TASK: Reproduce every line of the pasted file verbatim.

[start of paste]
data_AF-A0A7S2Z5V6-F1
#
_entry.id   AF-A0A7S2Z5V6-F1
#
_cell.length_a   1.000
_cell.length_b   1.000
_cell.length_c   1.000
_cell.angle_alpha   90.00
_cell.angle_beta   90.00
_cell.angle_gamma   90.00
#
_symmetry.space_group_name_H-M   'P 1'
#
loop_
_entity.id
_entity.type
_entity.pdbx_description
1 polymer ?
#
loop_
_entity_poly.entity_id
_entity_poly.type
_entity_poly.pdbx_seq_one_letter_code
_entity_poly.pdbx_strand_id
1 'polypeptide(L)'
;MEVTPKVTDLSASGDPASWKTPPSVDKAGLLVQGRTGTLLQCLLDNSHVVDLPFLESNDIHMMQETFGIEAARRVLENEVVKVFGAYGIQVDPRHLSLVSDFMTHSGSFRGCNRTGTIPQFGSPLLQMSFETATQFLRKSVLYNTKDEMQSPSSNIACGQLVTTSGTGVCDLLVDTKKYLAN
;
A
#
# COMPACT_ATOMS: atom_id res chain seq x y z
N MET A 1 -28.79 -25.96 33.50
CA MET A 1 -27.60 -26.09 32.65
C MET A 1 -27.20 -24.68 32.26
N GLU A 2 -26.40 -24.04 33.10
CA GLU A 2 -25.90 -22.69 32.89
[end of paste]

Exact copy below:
data_AF-A0A7S2Z5V6-F1
#
_entry.id   AF-A0A7S2Z5V6-F1
#
_cell.length_a   1.000
_cell.length_b   1.000
_cell.length_c   1.000
_cell.angle_alpha   90.00
_cell.angle_beta   90.00
_cell.angle_gamma   90.00
#
_symmetry.space_group_name_H-M   'P 1'
#
loop_
_entity.id
_entity.type
_entity.pdbx_description
1 polymer ?
#
loop_
_entity_poly.entity_id
_entity_poly.type
_entity_poly.pdbx_seq_one_letter_code
_entity_poly.pdbx_strand_id
1 'polypeptide(L)'
;MEVTPKVTDLSASGDPASWKTPPSVDKAGLLVQGRTGTLLQCLLDNSHVVDLPFLESNDIHMMQETFGIEAARRVLENEVVKVFGAYGIQVDPRHLSLVSDFMTHSGSFRGCNRTGTIPQFGSPLLQMSFETATQFLRKSVLYNTKDEMQSPSSNIACGQLVTTSGTGVCDLLVDTKKYLAN
;
A
#
# COMPACT_ATOMS: atom_id res chain seq x y z
N MET A 1 -28.79 -25.96 33.50
CA MET A 1 -27.60 -26.09 32.65
C MET A 1 -27.20 -24.68 32.26
N GLU A 2 -26.40 -24.04 33.10
CA GLU A 2 -25.90 -22.69 32.89